Ed Tech Tools to Try in 2022

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One of the good ways to improve one’s learning ability is to give and receive feedback. There is a correlation between how quickly students grasp the concept and how specific the explanations are. Teachers created Floop in order to speed up and improve the quality of feedback.

Here’s the breakdown: Images of student work-in-progress and questions they have for the teacher are sent via email. Teacher reviews student work, adds comments based on specific photo locations, then sends it back to students, establishing a feedback loop that promotes iteration and improvement.

The mechanism that allows students to point to places on their work where they need assistance and then receive the assistance that can also target specific spots on the assignment makes this tool unique. With writing assignments, such as Google Docs’ commenting feature, we’ve been able to accomplish this. However, it hasn’t been as easy to do in other subject areas.

Although I’m not sure how teachers will be able to maintain a work-life balance while using this tool, it provides more opportunities for specific, immediate feedback than anything I’ve ever seen.


BreakoutEDU fans are likely to enjoy GooseChase as well. Teams of students compete for items you assign (in the real world) and then take photos and post them on this app to prove their location. Scavenger hunts made easy with this app. The app keeps track of team points, so you can see which team came out on top at the end of the game. Check out this video if you’d like a more in-depth look at how the app works.

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Fun, interactive team-building activities can be created with this tool, which includes icebreaker games at start of the school year as well as new student orientation and field trips. To keep it focused while still getting your kids moving and working together, you can plug in any content you like.


To be honest, it took me a time to get my head around this tool. It’s not that it was difficult (it’s actually very simple), but I had to be shown it twice because I’d never seen anything like it before. When I finally got my head around it, I was awestruck by its educational potential.

So iorad is a screencasting tool in that it allows you to create interactive online tutorials that telss how to do things on a computer’s display. If you wanted to show students how to use a piece of technology, you could make a video. Because the video stops every few seconds to ask the user to follow your prompts and only continues if they do, you can create a video that resembles a screencast but is actually interactive. There’s a better chance that this will help students retain information more effectively.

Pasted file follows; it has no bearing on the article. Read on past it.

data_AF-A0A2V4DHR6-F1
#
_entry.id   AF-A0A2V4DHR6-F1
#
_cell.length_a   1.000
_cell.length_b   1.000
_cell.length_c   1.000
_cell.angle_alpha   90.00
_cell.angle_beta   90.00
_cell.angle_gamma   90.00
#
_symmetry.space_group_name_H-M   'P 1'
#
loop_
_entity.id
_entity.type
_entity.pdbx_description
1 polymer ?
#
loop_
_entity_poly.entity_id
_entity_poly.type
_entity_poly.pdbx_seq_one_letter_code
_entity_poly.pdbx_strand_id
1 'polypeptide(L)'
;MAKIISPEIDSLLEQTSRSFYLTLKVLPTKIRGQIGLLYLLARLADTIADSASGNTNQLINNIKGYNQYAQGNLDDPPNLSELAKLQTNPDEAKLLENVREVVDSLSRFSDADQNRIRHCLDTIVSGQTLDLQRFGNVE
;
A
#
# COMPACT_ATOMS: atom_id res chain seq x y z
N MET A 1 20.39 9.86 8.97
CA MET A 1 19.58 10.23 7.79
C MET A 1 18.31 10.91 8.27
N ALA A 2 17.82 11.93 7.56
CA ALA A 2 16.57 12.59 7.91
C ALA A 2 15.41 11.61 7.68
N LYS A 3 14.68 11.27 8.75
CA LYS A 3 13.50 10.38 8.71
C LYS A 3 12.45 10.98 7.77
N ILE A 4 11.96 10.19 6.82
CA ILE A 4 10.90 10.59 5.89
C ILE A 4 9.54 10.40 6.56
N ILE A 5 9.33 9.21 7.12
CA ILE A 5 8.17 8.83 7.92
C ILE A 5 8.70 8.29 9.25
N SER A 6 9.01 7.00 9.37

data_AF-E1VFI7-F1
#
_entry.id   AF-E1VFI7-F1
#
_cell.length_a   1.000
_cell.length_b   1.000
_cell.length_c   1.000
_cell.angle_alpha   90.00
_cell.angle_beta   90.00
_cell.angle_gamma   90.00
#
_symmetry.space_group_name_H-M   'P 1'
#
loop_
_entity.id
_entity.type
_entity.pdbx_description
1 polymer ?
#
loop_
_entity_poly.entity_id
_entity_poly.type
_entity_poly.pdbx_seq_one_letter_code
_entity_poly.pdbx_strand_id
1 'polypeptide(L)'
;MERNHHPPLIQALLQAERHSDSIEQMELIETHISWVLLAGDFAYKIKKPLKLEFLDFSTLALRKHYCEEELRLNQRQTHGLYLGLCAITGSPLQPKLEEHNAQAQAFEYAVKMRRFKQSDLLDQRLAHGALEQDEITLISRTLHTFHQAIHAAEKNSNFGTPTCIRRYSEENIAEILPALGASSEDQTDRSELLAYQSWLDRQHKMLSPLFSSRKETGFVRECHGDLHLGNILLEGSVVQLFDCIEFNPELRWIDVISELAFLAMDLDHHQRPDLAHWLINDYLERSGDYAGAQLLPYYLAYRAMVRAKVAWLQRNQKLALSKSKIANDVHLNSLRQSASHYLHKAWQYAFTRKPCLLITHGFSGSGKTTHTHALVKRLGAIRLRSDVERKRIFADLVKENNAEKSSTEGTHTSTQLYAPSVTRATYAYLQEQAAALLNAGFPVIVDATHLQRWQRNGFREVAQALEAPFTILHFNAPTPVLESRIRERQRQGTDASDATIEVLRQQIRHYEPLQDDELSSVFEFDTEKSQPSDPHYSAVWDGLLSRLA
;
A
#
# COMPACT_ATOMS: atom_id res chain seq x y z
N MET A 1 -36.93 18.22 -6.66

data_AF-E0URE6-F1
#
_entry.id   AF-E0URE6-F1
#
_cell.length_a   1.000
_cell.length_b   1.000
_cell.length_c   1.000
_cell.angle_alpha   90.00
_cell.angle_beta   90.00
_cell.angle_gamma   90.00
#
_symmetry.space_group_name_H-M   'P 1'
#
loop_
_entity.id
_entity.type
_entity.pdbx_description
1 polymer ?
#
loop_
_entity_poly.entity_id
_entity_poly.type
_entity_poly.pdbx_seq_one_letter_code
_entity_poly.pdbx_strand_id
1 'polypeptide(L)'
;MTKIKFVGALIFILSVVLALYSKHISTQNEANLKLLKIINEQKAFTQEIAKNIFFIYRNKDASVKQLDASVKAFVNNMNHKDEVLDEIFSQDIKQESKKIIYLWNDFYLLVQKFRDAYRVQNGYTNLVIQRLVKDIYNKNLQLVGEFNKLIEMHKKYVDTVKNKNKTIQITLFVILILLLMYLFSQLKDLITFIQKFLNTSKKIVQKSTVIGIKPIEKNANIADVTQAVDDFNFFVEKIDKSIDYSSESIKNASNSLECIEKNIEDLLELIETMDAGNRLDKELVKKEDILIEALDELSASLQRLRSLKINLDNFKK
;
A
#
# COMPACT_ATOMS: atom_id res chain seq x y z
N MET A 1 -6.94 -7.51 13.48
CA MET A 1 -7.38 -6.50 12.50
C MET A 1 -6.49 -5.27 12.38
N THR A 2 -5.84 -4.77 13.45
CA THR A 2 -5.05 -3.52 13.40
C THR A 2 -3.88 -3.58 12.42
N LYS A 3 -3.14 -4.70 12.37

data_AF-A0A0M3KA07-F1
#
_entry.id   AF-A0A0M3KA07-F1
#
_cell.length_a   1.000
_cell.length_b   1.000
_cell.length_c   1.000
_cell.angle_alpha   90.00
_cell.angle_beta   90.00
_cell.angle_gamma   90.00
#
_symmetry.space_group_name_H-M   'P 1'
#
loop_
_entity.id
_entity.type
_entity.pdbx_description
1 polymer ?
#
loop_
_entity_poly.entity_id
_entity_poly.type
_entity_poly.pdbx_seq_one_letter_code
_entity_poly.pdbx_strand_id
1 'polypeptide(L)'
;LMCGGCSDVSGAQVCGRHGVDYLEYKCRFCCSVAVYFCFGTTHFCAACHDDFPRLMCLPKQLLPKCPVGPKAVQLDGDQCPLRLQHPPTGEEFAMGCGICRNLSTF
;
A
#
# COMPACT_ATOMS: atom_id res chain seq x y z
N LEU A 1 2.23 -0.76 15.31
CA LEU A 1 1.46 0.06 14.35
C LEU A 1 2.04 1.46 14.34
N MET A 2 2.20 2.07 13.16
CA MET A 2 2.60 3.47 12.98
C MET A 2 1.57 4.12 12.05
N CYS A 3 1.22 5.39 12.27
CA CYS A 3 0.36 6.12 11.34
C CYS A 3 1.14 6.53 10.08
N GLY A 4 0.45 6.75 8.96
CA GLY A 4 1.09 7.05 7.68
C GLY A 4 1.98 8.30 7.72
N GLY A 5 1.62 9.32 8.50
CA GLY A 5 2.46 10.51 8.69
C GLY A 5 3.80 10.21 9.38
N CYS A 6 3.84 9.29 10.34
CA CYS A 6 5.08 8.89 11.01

Using iorad, I’m excited to see what educators and students can come up with. Flipped learning, teaching classroom or tech procedures, or student-created instructional videos could all benefit from this tool.


I’ve heard the most buzz about this tool this year, and it’s easy to see why: Parlay has put together a thoughtful set of tools for conducting class discussions.

Begin by selecting a topic from their collection: These include readings and videos to help students prepare for the class discussion. Then, students write their own responses to the prompt and respond to each other’s responses in a written format. The class can use Parlay to track and facilitate their participation for the final roundtable discussion. The teacher will receive a report at the conclusion of the discussion detailing who participated and in what manner.

Parlay appears to be a great supplement for anyone who uses Harkness, Socratic Seminar, or any other form of whole-class discussion as part of their instruction.


This tool allows users to create stop motion videos made from a series of photos in which only a small amount of movement occurs in each frame. With this app, you can use a green screen tool to change the background and music clips and sound effects and a library of music clips.

Students can benefit from the potential of this tool. They should write in a variety of ways, from entertaining and telling stories to making compelling arguments and informing others. As a short film script, many of these texts would likely have more impact than a piece of written work. A tool like Stop Motion Studio makes it possible for students to put together a short film in the classroom without ever leaving the classroom.


To make the arts more accessible to people with disabilities, Google has developed a set of tools called “experiments” called “Creativity”. With these tools, you can play a keyboard, draw on a canvas by moving your face, and even make music by moving your body, all by moving your face, body, mouse, or keys.

More experiments are likely to follow if this is an ongoing project, but I thought it was worth directing people over to play around with what they already have up there. You never know what your non-arts-oriented students can come up with if you give them these tools.

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